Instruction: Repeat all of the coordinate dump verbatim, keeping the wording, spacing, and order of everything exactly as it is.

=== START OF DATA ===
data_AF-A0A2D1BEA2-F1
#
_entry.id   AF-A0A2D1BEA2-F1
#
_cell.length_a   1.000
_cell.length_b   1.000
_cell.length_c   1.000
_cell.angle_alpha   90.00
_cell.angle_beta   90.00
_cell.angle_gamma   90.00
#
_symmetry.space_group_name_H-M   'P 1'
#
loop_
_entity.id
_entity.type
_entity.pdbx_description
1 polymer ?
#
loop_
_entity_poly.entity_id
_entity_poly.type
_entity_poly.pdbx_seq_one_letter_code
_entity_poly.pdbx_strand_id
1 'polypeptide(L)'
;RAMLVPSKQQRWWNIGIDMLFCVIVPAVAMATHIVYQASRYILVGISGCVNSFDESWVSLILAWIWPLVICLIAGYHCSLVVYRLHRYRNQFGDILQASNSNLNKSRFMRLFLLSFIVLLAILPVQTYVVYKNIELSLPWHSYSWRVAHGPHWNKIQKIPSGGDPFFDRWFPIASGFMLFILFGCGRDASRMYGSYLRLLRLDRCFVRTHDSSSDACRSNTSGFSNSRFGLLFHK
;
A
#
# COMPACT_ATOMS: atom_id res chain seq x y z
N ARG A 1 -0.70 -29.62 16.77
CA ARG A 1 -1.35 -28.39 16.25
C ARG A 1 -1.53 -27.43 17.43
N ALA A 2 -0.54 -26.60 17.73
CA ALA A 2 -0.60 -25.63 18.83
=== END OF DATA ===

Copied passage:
data_AF-A0A2D1BEA2-F1
#
_entry.id   AF-A0A2D1BEA2-F1
#
_cell.length_a   1.000
_cell.length_b   1.000
_cell.length_c   1.000
_cell.angle_alpha   90.00
_cell.angle_beta   90.00
_cell.angle_gamma   90.00
#
_symmetry.space_group_name_H-M   'P 1'
#
loop_
_entity.id
_entity.type
_entity.pdbx_description
1 polymer ?
#
loop_
_entity_poly.entity_id
_entity_poly.type
_entity_poly.pdbx_seq_one_letter_code
_entity_poly.pdbx_strand_id
1 'polypeptide(L)'
;RAMLVPSKQQRWWNIGIDMLFCVIVPAVAMATHIVYQASRYILVGISGCVNSFDESWVSLILAWIWPLVICLIAGYHCSLVVYRLHRYRNQFGDILQASNSNLNKSRFMRLFLLSFIVLLAILPVQTYVVYKNIELSLPWHSYSWRVAHGPHWNKIQKIPSGGDPFFDRWFPIASGFMLFILFGCGRDASRMYGSYLRLLRLDRCFVRTHDSSSDACRSNTSGFSNSRFGLLFHK
;
A
#
# COMPACT_ATOMS: atom_id res chain seq x y z
N ARG A 1 -0.70 -29.62 16.77
CA ARG A 1 -1.35 -28.39 16.25
C ARG A 1 -1.53 -27.43 17.43
N ALA A 2 -0.54 -26.60 17.73
CA ALA A 2 -0.60 -25.63 18.83